Word and Image in France, 1880–1926
Chapter 3 - Art in Theory: Word and Image in Early Cubist Criticism 113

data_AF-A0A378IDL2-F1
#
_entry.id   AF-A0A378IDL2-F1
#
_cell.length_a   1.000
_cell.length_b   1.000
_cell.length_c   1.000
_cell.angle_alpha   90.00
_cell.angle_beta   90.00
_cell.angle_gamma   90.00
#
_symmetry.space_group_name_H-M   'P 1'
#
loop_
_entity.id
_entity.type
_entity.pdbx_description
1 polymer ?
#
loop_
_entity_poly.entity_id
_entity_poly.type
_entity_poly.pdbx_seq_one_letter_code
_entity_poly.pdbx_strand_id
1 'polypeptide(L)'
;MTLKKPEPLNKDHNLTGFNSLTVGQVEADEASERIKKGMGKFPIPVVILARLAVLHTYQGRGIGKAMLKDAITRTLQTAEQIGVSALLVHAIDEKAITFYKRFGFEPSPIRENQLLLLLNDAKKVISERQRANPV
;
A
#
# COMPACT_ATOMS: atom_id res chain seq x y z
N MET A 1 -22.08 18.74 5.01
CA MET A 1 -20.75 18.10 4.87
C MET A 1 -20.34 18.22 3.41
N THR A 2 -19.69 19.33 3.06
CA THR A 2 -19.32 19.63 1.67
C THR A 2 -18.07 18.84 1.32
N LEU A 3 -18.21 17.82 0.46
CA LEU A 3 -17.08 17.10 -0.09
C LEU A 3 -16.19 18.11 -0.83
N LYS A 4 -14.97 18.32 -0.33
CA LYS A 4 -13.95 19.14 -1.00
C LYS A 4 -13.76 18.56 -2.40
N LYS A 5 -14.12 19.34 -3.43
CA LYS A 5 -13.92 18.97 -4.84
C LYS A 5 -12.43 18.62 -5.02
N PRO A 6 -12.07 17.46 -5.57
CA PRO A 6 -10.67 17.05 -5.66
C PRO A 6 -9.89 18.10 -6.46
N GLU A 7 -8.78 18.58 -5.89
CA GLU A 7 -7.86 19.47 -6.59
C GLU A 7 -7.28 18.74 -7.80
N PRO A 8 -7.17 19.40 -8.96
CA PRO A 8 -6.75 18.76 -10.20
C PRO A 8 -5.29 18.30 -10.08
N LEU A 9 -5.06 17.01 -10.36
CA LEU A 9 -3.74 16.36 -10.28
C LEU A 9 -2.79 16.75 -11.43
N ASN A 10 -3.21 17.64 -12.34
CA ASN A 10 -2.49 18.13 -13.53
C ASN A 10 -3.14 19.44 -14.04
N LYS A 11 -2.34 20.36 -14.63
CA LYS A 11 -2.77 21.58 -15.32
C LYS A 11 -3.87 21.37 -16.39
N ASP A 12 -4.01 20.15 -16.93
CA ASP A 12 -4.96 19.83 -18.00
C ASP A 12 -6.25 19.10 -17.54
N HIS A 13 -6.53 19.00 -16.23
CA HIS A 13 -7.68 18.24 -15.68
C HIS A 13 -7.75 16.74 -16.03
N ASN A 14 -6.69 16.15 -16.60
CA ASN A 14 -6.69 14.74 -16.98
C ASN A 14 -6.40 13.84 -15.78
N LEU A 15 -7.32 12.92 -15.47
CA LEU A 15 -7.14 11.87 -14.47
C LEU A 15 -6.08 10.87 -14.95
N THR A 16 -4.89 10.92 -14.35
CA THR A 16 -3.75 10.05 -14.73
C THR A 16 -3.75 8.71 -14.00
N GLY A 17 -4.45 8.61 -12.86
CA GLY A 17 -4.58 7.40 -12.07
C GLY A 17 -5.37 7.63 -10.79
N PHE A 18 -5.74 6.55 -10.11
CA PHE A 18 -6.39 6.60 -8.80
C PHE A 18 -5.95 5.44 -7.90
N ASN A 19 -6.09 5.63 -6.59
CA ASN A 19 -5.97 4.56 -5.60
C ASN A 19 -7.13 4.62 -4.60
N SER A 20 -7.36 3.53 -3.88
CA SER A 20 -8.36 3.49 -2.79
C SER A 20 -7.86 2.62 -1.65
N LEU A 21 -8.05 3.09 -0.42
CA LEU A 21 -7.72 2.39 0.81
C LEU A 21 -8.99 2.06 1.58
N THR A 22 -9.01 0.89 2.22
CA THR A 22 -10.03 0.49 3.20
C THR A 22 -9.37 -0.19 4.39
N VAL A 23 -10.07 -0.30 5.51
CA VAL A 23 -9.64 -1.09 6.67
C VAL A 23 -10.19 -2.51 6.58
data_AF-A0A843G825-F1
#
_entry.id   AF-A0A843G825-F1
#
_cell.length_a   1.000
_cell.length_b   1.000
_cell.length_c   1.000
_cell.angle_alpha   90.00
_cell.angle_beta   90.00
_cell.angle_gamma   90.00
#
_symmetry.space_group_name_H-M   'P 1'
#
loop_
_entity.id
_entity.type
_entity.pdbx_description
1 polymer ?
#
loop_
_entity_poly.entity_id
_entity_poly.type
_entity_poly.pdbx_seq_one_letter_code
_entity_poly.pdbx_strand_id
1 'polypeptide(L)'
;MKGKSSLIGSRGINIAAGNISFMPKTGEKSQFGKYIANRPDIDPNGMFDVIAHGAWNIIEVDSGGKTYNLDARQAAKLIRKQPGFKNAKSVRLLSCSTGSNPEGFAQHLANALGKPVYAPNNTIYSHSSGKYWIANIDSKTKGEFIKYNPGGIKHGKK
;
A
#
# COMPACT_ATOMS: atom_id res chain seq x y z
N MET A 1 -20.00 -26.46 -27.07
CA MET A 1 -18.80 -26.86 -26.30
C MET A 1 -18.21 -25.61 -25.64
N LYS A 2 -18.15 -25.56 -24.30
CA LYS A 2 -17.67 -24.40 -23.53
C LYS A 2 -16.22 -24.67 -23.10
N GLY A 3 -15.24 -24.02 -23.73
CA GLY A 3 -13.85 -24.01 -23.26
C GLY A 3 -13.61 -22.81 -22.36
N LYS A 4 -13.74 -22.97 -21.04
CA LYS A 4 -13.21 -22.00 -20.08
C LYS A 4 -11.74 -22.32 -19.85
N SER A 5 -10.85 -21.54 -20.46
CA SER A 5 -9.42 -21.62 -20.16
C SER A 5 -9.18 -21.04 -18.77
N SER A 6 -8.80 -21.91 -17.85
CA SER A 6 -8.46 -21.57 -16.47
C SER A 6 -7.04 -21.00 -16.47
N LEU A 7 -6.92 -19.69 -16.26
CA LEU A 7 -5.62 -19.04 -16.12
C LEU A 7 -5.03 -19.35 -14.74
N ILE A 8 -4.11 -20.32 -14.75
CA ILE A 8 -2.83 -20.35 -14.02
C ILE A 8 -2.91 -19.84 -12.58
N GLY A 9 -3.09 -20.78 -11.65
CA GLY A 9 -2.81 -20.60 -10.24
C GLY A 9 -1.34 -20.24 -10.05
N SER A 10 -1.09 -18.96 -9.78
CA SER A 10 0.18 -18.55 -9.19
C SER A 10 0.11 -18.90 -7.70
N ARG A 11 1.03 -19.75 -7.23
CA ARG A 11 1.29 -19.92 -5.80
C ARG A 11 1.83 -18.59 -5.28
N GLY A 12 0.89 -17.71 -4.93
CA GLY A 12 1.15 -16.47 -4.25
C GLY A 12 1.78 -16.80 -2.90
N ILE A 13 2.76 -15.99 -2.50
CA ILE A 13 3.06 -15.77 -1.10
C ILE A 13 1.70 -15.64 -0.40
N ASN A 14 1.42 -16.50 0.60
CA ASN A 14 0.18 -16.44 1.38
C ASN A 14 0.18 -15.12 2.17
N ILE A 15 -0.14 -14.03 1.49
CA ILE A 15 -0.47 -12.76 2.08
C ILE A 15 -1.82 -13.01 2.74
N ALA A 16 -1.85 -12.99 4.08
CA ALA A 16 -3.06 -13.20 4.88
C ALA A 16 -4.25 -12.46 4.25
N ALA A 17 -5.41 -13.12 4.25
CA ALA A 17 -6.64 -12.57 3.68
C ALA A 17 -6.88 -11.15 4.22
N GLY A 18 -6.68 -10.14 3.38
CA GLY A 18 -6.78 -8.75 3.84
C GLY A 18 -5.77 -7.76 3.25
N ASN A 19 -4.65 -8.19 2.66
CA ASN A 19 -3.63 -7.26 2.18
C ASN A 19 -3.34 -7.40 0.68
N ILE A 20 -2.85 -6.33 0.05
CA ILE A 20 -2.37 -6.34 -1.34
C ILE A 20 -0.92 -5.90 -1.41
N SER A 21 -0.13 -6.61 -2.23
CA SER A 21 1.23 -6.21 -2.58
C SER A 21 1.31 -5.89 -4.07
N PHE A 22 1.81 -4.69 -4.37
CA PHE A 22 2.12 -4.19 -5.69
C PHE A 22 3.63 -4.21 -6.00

Chapter 3 Art in Theory: Word and Image in Early Cubist Criticism If the ‘Idée’, with its neoplatonic heritage and literary associations, was a keyword in Symbolist theoretical debate from around 1886, the early critics of Cubism from 1910 onwards were united in their devotion to an apparently opposed concept: that of ‘reality’. While the Symbolist critic Albert Aurier could declare in 1892 that art should abandon physical real- ity and attend to ‘that idéiste substratum which is everywhere in the uni- verse and which, according to Plato, is the only true reality, the rest being mere semblance’,1 in 1910 Jean Metzinger announced that Picasso, in his investigation of the material world from a ‘mobile’ perspective, ‘owns up to being a realist’.2 In his 1886 Symbolist manifesto, the poet Jean Moréas had proposed that art and nature were linked only obliquely, by means ‘of the sumptuous simars of outward analogies’,3 while in his review of the 1911 Salon des Indépendants, Guillaume Apollinaire picked up on Metzinger’s reference to multiple perspectives and concluded that ‘this discipline is not incompatible with reality’.4 However, despite this apparent contrast, the Cubists’ definition of ‘reality’ was not as distant from the Symbolist Idée as it might at first seem. Assessing his contribution to the 1913 Salon d’Automne, Albert Gleizes described his debt to the material world as follows: ‘And I will insist on 1 ‘ce substratum idéiste qui est partout dans l’univers et qui, selon Platon, est...
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